HomeProtein ExpressionMitogen-activated Protein Kinases (MAPKs)

Mitogen-activated Protein Kinases (MAPKs) Overview

The mitogen-activated protein kinase (MAPK) family consists of both stress activated (SAPK) and mitogen-activated (MAPK) protein kinases. They form a network of signal transduction cascades that mediate cellular responses to a diverse range of stimuli, including growth factors, chemical or osmotic stress, irradiation, bacterial infection and proinflammatory cytokines. Most MAPKs are activated by dual phosphorylation on a Thr-Xaa-Tyr motif by upstream kinases, referred to as MAPK kinases or MKKs. MKKs are, in turn, activated by MKK kinases (MKKKs), over 30 of which have been described. However, the details of how they are activated or which MKKK really activates which MKK in vivo is still poorly understood. MAPK cascades frequently function as multi-protein complexes in which the different components are assembled on a scaffold protein and/or by specific protein-protein docking sites, thereby increasing the speed and specificity of the cascade. Nearly all MAPKs phosphorylate their substrates on serine or threonine residues that precede a proline, but their specificity in vivo is further enhanced by the presence of distinct docking sites that facilitate interaction with substrates.

Fourteen different MAPK family members have been identified in mammalian cells, and homologs are found in all eukaryotic cells. The most studied cascades in mammalian cells are the classical MAPK, p38 (SAPK2) and JNK (SAPK1) cascades. The classical MAPK cascade is activated by mitogens and growth factors, and plays an important role in the control of cell growth and differentiation. However, its inappropriate activation can be a major cause of cell transformation and cancer. It comprises two closely related MAPKs, termed extracellular signal regulated kinase 1 (ERK1) and ERK2. These kinases have many overlapping functions, but mouse knockouts have now revealed that they also have some distinct functions in vivo. Inhibitors which block the activation of MKK1/2 in cells, such as PD 98059, U0126 and PD 184352 and have been used extensively to investigate the functions of the classical MAPK cascade. Moreover, PD 184352 has been shown to strongly suppress the growth of human colon tumors implanted into mice. These three inhibitors were originally thought to be specific for the classical MAPK pathway, but are now known to also block the activation of MKK5, the activator of a distinct MAPK family member ERK5. ERK5 is activated by mitogens and has been suggested to be important for EGF-induced cell proliferation. Mouse knockouts have shown that ERK5 is required for embryonic development and endothelial cell survival.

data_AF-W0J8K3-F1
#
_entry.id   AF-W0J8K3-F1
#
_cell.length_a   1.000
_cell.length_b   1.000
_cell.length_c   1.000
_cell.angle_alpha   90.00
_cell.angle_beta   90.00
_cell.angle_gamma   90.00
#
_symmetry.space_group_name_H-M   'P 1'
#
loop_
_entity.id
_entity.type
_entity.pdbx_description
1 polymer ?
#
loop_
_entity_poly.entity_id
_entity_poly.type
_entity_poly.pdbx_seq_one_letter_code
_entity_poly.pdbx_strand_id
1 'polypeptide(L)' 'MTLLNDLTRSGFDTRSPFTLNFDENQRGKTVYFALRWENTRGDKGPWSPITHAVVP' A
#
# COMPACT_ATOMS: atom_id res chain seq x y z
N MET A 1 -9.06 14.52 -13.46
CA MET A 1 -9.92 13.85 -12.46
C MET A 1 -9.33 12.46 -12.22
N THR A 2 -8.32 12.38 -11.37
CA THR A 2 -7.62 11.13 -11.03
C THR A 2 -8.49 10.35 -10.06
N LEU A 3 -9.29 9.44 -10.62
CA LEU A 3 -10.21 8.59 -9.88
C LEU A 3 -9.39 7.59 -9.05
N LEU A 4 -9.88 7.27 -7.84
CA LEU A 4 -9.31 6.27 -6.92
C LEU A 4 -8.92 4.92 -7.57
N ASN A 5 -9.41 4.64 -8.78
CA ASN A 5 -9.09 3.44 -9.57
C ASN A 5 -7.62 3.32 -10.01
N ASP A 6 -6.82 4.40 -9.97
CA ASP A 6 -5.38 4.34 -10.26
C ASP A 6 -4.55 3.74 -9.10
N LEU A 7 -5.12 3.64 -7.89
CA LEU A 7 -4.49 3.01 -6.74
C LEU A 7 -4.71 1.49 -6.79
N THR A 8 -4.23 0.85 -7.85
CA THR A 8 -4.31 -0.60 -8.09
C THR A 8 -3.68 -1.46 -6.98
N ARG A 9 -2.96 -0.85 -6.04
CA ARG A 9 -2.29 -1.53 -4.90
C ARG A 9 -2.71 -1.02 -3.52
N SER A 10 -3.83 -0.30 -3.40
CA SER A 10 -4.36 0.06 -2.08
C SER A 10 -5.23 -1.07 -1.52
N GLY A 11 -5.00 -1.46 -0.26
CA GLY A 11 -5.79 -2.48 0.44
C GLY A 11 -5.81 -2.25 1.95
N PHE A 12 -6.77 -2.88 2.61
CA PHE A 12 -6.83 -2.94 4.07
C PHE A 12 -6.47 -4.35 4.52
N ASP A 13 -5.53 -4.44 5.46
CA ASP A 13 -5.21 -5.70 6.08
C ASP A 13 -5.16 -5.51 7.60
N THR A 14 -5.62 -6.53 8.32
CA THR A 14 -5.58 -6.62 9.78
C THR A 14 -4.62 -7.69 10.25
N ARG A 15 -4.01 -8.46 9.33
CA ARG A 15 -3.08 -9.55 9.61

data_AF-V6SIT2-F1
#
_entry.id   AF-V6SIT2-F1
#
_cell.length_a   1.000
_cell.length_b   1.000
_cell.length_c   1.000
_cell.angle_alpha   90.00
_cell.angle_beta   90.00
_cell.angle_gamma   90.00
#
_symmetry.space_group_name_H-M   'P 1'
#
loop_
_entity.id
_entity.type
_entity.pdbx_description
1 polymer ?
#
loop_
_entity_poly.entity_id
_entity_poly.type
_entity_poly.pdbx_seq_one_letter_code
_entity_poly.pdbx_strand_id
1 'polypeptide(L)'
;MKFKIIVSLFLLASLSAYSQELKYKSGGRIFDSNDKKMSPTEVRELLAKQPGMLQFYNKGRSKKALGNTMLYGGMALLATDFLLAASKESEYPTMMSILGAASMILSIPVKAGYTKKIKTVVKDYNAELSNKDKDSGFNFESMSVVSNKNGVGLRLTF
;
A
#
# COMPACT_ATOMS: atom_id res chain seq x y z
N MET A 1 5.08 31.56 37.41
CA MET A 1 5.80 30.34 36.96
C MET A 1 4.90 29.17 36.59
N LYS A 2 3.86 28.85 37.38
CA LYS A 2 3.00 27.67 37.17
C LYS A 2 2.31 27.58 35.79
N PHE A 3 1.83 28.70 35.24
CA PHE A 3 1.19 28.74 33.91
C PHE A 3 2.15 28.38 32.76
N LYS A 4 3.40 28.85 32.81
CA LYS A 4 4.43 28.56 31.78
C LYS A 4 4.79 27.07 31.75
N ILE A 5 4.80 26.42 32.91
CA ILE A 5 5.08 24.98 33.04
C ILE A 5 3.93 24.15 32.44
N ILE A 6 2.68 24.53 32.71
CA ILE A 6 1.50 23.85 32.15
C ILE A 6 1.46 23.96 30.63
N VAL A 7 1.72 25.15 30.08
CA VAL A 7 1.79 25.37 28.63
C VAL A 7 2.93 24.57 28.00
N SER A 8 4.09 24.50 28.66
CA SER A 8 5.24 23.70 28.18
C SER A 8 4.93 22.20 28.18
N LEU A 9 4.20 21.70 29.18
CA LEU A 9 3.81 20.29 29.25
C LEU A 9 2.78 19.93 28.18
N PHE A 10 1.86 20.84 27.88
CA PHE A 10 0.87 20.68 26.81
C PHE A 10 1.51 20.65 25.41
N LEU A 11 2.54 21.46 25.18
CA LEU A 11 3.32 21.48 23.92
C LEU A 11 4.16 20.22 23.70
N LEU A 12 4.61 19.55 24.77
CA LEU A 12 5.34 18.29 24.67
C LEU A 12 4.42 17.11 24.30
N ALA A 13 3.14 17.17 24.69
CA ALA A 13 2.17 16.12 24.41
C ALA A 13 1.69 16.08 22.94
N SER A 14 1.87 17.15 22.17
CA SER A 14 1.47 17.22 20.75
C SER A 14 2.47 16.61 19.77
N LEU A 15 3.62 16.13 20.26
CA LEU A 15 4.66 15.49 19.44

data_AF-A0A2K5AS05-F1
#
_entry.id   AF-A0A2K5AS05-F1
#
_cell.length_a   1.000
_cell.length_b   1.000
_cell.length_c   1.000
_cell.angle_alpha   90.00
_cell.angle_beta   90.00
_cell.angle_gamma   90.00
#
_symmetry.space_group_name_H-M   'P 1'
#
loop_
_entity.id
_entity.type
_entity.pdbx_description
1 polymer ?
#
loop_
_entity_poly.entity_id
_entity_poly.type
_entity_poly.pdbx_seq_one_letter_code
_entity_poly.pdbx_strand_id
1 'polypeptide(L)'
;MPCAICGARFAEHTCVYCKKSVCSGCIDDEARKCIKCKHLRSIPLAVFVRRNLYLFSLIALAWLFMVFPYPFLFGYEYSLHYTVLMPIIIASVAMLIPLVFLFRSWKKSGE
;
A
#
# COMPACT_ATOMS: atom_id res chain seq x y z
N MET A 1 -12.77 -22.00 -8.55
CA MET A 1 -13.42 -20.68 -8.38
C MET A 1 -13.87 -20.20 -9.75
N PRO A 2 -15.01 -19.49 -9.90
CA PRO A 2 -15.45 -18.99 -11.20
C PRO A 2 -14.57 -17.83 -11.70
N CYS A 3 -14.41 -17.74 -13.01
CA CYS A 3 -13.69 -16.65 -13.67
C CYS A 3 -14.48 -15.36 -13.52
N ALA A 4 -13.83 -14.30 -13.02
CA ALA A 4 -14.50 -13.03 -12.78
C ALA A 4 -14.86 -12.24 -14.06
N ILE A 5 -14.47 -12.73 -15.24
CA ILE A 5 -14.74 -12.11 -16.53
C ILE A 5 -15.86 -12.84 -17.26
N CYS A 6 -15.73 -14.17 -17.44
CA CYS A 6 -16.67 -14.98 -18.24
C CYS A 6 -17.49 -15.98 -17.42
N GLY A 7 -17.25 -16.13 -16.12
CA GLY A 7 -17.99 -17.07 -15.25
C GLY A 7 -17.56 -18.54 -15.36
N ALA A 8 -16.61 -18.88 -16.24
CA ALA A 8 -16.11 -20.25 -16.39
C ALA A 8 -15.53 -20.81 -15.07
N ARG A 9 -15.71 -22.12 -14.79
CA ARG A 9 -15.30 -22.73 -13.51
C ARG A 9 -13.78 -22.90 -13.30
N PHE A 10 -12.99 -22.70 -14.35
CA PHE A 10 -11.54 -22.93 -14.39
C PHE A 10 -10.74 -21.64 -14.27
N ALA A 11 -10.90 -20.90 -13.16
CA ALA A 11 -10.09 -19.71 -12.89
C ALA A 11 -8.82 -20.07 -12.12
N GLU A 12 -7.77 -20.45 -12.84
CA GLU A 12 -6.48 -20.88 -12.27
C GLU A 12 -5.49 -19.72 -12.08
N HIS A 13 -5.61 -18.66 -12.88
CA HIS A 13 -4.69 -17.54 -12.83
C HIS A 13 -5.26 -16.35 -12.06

The JNK cascade is activated by cellular stress, bacterial infection and proinflammatory cytokines, and results in the phosphorylation of AP1 transcription factors, such as c-Jun. There are three related isoforms of JNK each of which gives rise to several splice variants generating a total of ten different JNK variants. Mouse knockouts have shown that JNK1, 2 and 3 have distinct in vivo roles. The p38 cascade is activated by similar stimuli to JNK. Two of the p38 isoforms, α and β are inhibited by a class of anti-inflammatory drugs of which SB-203580 and SB-202190 are examples. These inhibitors have been used to identify many physiological substrates and to implicate the p38 isoforms in diverse cellular processes, including cytokine production and inflammatory responses. More potent p38 inhibitors are currently in clinical trials for the treatment of arthritis. Mouse knockouts have shown p38α is also essential for normal development. Less is known about the other p38 isoforms, γ and δ. P38γ is highly expressed in skeletal muscle, and has been shown to bind to, and co-localize with, α1-syntrophin by virtue of the interaction of its C-terminus with the PDZ domain of α1-syntrophin. P38δ appears to be expressed at low levels in most tissues and little is yet known about its function.

NLK (NEMO like kinase) has been extensively studied in development and can phosphorylate Tcf/Lef proteins and inhibit the DNA-binding ability of β-catenin/Tcf complexes, thereby blocking activation of Wnt targets.

ERK3 and ERK4 and ERK8 are more recently described MAPKs, whose functions are not yet understood. ERK8 appears to be constitutively phosphorylated on its Thr-Xaa-Tyr motif, however its substrates and activators are unknown. ERK3 is unusual in that the Thr-Xaa-Tyr phosphorylation motif is replaced by Ser-Xaa-Glu, and it appears to be rapidly turned over via the proteosome. ERK3 is also implicated in the activation of PRAK.

The Table below contains accepted modulators and additional information. For a list of additional products, see the "Materials" section below.


* Inhibits upstream activator


ERK: Extracellular signal-related kinase
JNK: c-Jun NH(2)-terminal protein kinase
MAPKAP: MAPK-activated protein
MBP: Myelin basic protein
MNK: MAPK-integrating kinase
MSK: Mitogen and stress activated protein kinase
PD 98059: 2-(2-Amino-3-methoxyphenyl)-4H-1-benzopyran-4-one
PD 184352: 2-(2-Chloro-4-iodo-phenylamino)-N-cyclopropylmethoxy-3,4-difluorobenzamide
PRAK: p38-Regulated activated kinase
RSK: Ribosomal S6 kinase
SAPK: Stress activated protein kinase
SB-203580: 4-(4-Fluorophenyl)-2-(4-methylsulfinylphenyl)-5-(4-pyridyl)1H-imidazole
SB-202190: 4-(4-Fluorophenyl)-2-(4-hydroxyphenyl)-5-(4-pyridyl)1H-imidazole
U0126: 1,4-Diamino-2,3-dicyano-1,4-bis(o-aminophenylmercapto)butadien



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